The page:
Photo reprints | Article reprints

© 2017 Tampa Bay Times

    

Join the discussion: Click to view comments, add yours

Loading...
  1. Who's best global airline? Qatar Airways takes No. 1 spot but Delta tops U.S. carriers

    Airlines

    The good news? Delta Airlines tops all U.S. airlines in a new Skytrax global airline passenger satisfaction survey of the world's best airlines. The bad news? At No. 32, Delta still ranks behind dozens of Middle East, Asian and some European airlines. For Tampa International Airport and the major airlines that operate …

    Southwest Airlines, the biggest carrier at Tampa International Airport, improved its customer satisfaction rating among global airlines in a recent survey.
[Times file photo]
  2. Vinoy resort will ask St. Petersburg voters to approve new parking garage (with tennis courts on top)

    Local Government

    ST. PETERSBURG — The Vinoy Renaissance St. Petersburg Resort & Golf Club is undergoing a $50 million redevelopment and part of that plan calls for building a new one-story parking garage over eight existing tennis courts.

    The Vinoy Renaissance Resort and Golf Club is undergoing a $50 million redevelopment. The Vinoy wants to build a one-story parking garage as part of that project, in place of eight existing tennis courts. The tennis courts would be moved on top of the garage, which would hold 270 parking spots. But the Vinoy needs St. Petersburg voters to approve the project in a November referendum. This is an artists' rendering of the new garage from the street. [Courtesy of Vinoy Renaissance Resort and Golf Club]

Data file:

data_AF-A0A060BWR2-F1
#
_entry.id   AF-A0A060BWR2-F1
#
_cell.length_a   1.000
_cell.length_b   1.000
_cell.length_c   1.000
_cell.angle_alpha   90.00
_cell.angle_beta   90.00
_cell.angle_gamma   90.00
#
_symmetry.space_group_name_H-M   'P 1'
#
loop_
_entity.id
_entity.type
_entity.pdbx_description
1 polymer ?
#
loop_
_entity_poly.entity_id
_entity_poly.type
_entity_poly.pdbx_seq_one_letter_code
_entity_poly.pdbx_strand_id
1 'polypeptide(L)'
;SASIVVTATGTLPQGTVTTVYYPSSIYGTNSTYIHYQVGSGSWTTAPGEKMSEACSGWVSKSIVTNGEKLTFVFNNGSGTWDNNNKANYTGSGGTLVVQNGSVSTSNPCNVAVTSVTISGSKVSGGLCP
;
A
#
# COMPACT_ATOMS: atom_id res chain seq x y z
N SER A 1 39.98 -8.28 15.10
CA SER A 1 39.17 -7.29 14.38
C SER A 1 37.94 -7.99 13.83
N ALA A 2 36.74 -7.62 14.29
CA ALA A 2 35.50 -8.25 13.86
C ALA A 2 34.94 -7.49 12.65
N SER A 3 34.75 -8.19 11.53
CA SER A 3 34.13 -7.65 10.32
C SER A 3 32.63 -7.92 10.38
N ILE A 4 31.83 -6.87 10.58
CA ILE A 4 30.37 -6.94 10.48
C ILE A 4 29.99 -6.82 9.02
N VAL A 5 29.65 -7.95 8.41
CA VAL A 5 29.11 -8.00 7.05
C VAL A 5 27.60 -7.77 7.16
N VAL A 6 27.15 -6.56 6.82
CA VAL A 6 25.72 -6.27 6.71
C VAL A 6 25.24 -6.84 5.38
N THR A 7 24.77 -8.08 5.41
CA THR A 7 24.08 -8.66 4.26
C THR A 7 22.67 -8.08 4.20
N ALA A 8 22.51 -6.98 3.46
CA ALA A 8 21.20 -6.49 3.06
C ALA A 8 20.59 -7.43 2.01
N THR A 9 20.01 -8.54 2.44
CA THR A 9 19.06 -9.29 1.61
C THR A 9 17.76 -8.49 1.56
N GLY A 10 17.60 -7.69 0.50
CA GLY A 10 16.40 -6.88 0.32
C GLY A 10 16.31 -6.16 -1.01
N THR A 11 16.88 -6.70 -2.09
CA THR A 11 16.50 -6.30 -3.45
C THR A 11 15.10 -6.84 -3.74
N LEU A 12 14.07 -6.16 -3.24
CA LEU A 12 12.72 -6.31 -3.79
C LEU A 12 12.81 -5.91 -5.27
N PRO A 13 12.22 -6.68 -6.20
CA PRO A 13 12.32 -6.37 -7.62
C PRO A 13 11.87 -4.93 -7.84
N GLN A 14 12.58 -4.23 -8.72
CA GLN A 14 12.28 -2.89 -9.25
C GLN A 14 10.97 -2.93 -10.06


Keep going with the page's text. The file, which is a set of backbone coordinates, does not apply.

3. House committee passes Florida-sponsored flood insurance bill

    Banking

    The House Financial Services Committee pushed through a Florida-sponsored bill intended to cut flood insurance costs. If passed, the bipartisan bill would help create a marketplace for private flood insurance.

    A House committee passed a Florida-sponsored bill meant to lower flood insurance rates.
[Times file photo]
  4. 3 new restaurants open: Deccan Spice Indian food, Farmacy Vegan Kitchen, the Cake Shop

    Food & Dining

    DECCAN SPICE

    Deccan Spice has opened at 2325 Ulmerton Road, in what used to be the elegant and vast Grand Siam space in Feather Sound. It's getting high marks so far for its traditional Indian lunch buffet, and offers a range of southern Indian dishes (vadas and dosas and idlis, oh my) seldom seen …

    Farmacy Vegan Kitchen + Bakery serves wraps, acai bowls, smoothies and juices and plant-based baked goods like strawberry cupcakes. Photo courtesy of Charles Rumph.
  5. The driver who died in a Tesla crash in Florida using Autopilot ignored 7 safety warnings

    Autos

    When Joshua Brown's Tesla slammed into the side of a tractor-trailer last year at more than 70 miles per hour, the fatal accident became the world's first known car crash involving a partly autonomous vehicle.

    Tesla requires its drivers to keep their hands on the wheel even when Autopilot is engaged. A crash in Florida showed that the driver was warned to keep his hands on the steering wheel.  (AP Photo/Tony Gutierrez) TXTG101